I  guess it is remotely possible that this is not that man, but the heartbreaking story is so unusual and unique that it does make me wonder. 

Strange.

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We are unfortunately going to be dealing with this, perhaps more often than we used to, because of the many people who have returned from up north. It is very difficult to make a judgment, when the person seems sincere and troubled.

My favourite was a woman trolling the streets of Chapala some years back, looking for money to get a coffin for her husband. That was a new one on me. My least favourite was a waiter at Brissi's, before they moved to their current location, who had a story very similar to that of Sr. Nuñez. We gave him food, and offered him work. He was lousy at everything, even though he claimed to have spent 10 years in California doing every aspect of construction. We paid him for a day's work, and expected him back the next morning to continue. He disappeared for a week. When he came back, it was pretty obvious that he had simply drunk his way through the money.

Unfortunately, incidents like these have left me completely skeptical, and when the doorbell rings, I ignore it most of the time. I didn't used to be this way.

Edited by ComputerGuy
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38 minutes ago, ComputerGuy said:

We are unfortunately going to be dealing with this, perhaps more often than we used to, because of the many people who have returned from up north. It is very difficult to make a judgment, when the person seems sincere and troubled.

My favourite was a woman trolling the streets of Chapala some years back, looking for money to get a coffin for her husband. That was a new one on me. My least favourite was a waiter at Brissi's, before they moved to their current location, who had a story very similar to that of Sr. Nuñez. We gave him food, and offered him work. He was lousy at everything, even though he claimed to have spent 10 years in California doing every aspect of construction. We paid him for a day's work, and expected him back the next morning to continue. He disappeared for a week. When he came back, it was pretty obvious that he had simply drunk his way through the money.

Unfortunately, incidents like these have left me completely skeptical, and when the doorbell rings, I ignore it most of the time. I didn't used to be this way.

You know Mike... I am skeptical too. But at the end of the day this man is looking for work, and regardless of his story ,  he is simply trying to support his children. I'll accept the risk of getting scammed if it means there's a possibility to help someone genuinely in need.

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One of the most respected posters on this board (legal wise) some time ago posted a message that I still remember the gist of. He said if you encounter a young to middle age Mexican male who speaks very good English, the chances are quite high that he learned that English in the States and he would probably not be back in Mexico voluntarily. Since very few people are deported after being there long enough to learn English for simply not having papers, you might, if you so choose, assume they were involved in something serious enough to warrant expulsion. He pointed out that is not always the case but that those in that position will generally concoct a story to explain innocently why they are back.  Caveat Emptor.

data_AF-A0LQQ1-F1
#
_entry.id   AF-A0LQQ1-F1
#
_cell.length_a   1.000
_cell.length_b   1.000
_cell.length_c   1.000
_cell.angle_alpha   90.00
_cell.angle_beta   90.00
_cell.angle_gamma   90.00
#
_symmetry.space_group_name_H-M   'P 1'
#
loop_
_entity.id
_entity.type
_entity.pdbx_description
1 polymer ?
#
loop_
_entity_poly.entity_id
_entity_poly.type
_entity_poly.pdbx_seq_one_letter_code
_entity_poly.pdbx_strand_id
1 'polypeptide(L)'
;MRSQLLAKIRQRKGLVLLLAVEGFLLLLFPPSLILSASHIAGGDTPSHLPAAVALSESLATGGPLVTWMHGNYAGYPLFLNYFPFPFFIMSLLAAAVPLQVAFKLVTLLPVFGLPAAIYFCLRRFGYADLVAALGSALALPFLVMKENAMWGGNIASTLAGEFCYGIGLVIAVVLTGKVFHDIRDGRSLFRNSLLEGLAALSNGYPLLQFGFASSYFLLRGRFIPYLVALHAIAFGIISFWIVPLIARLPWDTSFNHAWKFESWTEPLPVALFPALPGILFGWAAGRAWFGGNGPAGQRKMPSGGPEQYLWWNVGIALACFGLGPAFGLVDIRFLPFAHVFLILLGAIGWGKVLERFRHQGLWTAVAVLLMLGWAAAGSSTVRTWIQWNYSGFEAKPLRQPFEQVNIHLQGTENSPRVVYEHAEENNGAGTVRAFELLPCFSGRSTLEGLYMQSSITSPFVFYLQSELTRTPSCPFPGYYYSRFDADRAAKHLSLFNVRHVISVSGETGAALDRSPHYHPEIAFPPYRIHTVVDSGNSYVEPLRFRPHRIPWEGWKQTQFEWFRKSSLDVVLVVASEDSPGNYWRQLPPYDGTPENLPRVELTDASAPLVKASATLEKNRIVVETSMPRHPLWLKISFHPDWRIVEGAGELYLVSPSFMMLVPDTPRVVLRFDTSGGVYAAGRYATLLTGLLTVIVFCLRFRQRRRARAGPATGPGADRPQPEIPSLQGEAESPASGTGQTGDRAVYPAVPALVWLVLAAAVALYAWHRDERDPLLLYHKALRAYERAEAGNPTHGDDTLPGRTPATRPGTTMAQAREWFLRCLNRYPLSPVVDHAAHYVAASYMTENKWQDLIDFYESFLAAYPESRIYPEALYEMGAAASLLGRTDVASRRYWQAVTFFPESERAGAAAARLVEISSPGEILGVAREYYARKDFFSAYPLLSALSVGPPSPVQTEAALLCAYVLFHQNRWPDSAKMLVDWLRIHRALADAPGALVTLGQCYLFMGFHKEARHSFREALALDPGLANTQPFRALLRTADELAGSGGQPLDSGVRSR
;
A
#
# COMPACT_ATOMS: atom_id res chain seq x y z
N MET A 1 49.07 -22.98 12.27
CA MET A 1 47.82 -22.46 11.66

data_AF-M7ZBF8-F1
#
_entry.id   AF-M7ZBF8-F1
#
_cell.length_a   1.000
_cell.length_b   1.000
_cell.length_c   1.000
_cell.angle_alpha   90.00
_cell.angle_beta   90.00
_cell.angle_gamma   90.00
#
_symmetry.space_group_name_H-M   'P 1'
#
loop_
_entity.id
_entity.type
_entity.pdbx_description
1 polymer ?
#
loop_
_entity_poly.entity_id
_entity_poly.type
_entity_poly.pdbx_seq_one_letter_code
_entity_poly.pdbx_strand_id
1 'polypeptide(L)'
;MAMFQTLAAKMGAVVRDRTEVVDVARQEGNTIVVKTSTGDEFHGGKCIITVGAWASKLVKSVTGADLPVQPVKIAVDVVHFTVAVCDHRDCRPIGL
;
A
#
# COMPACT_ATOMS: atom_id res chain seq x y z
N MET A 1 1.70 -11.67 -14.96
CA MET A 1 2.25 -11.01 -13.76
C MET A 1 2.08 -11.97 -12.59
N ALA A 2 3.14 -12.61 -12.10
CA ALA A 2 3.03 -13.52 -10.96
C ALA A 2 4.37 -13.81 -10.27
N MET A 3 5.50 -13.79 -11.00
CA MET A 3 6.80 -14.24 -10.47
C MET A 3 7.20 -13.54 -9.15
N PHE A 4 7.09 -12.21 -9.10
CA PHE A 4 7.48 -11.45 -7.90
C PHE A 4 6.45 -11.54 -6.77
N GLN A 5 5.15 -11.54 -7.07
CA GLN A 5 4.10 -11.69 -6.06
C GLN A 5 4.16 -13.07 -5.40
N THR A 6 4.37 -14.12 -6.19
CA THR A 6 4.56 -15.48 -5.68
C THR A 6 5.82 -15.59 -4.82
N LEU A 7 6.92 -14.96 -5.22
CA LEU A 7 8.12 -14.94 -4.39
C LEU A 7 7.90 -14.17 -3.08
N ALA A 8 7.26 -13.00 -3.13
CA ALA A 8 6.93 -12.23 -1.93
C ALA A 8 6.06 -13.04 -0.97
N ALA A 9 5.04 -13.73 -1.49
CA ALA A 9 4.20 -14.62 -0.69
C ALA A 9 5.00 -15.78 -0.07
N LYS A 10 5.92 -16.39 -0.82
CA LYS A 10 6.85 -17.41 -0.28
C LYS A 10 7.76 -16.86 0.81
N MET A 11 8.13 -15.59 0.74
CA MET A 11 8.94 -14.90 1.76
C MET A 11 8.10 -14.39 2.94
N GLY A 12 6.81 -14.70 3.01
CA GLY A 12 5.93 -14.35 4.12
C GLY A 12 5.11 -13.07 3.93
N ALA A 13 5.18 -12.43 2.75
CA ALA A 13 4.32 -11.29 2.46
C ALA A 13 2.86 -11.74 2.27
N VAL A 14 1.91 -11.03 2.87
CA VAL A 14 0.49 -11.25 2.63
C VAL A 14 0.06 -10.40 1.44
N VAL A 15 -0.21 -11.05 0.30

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I agree with ComputerGuy. We have dealt with this type of thing too many times before (and yes it will become more and more common in the near future). Those of us who have been here awhile have grown skeptical for good reasons. Sadly, there are many compassionate people here who so want to help they are easy marks. This is not to say this young man is a con. I sincerely hope his story is true and that people's kindness and caring will not be taken advantage of. 

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1 hour ago, DeborahM said:

You know Mike... I am skeptical too. But at the end of the day this man is looking for work, and regardless of his story ,  he is simply trying to support his children. I'll accept the risk of getting scammed if it means there's a possibility to help someone genuinely in need.

Sorry, did not mean to imply that this man was of the wrong ilk... just a note that, as you know, there are reasons for people to be suspicious. Our guy was obviously in need of work, and the food we gave him included a pile of canned and packaged goods, not just a hot meal.. along with baby food for his youngest. But, he had been in the States so long, he had seemingly lost his worth ethic (let alone his "skills").

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No, I am saying that they get paid a lot more up there, and get accustomed to what some would call "the good life"... and when they come back here, pay is lousy, work is scarce, goods are harder to come by... and they want more, but they don't seem willing to "go for it" and make it work. This is not a blanket condemnation; this is in reference to those who live this way.

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Oh, for heaven's sake, either hire the guy or let this go. You don't know this man or the partriculars of his difficult life, you are just using him as a pawn to bolster your opinions.

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2 hours ago, ComputerGuy said: